In Nepal, a venerable monk, Geshe Lama Konchog, dies and one of his disciples, a youthful monk named Tenzin Zopa, searches for his master's reincarnation. The film follows his search to the... See full summary »
In Nepal, a venerable monk, Geshe Lama Konchog, dies and one of his disciples, a youthful monk named Tenzin Zopa, searches for his master's reincarnation. The film follows his search to the Tsum Valley where he finds a young boy of the right age who uncannily responds to Konchog's possessions. Is this the reincarnation of the master? After the boy passes several tests, Tenzin takes him to meet the Dalai Lama. Will the parents agree to let the boy go to the monastery, and, if so, how will the child respond? Central to the film is the relationship the child develops with Tenzin. Written by
To what degree do we have a duty to society at large? This is one of many questions that are likely to stir in your mind when reflecting on this film. What more could you ask of a documentary except that it expand your knowledge of the world and make you think more about what you already knew and what it means, all while showing you inspiring footage of some of the most dramatic landscapes our planet has to offer?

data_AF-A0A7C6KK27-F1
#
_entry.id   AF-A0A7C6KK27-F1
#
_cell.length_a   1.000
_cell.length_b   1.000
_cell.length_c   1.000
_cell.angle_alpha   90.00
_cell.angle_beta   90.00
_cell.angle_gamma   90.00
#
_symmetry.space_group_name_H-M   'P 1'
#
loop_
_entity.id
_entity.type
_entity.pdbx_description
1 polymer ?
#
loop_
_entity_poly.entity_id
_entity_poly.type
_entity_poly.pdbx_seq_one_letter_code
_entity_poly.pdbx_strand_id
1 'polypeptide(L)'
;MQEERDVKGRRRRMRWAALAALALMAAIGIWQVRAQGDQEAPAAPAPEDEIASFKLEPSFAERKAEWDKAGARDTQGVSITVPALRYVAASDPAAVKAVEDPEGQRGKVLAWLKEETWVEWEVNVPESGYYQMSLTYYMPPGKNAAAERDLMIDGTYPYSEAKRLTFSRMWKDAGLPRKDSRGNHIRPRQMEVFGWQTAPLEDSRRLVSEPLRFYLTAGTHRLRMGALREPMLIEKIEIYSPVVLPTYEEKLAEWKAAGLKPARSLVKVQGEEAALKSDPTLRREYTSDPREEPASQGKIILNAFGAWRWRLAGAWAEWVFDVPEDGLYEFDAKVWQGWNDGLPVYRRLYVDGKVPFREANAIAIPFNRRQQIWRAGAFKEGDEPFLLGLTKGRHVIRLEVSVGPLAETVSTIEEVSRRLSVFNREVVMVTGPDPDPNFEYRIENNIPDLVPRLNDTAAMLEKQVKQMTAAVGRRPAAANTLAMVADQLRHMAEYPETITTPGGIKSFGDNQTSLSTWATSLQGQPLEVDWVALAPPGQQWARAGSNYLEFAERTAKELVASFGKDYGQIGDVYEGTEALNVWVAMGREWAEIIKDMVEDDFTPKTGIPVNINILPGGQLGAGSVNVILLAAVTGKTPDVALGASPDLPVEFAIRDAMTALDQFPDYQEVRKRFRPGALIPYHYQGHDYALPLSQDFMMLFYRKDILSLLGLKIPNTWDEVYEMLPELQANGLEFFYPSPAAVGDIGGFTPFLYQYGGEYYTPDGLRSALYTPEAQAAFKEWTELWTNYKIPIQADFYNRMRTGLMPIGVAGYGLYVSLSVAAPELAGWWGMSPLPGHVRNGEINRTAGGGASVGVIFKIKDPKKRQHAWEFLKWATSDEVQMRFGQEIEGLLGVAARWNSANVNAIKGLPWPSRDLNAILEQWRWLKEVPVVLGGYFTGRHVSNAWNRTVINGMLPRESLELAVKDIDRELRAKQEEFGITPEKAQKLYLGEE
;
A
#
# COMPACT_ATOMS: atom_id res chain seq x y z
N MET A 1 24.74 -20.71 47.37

Simply told, cleanly edited, with little cinematic analysis and no pedantic voice-over Unmistaken Child presents a fascinating view into Tibetan Buddhism very worth seeing.
And unless you have a trip to Nepal or Tibet scheduled for the near future, see it on the largest screen possible. The dramatic landscape plays a very strong supporting role to the true dramatis personae - the culture nurtured in its valleys beneath the roof of the world - and the social reality that unfolds in this unique region.
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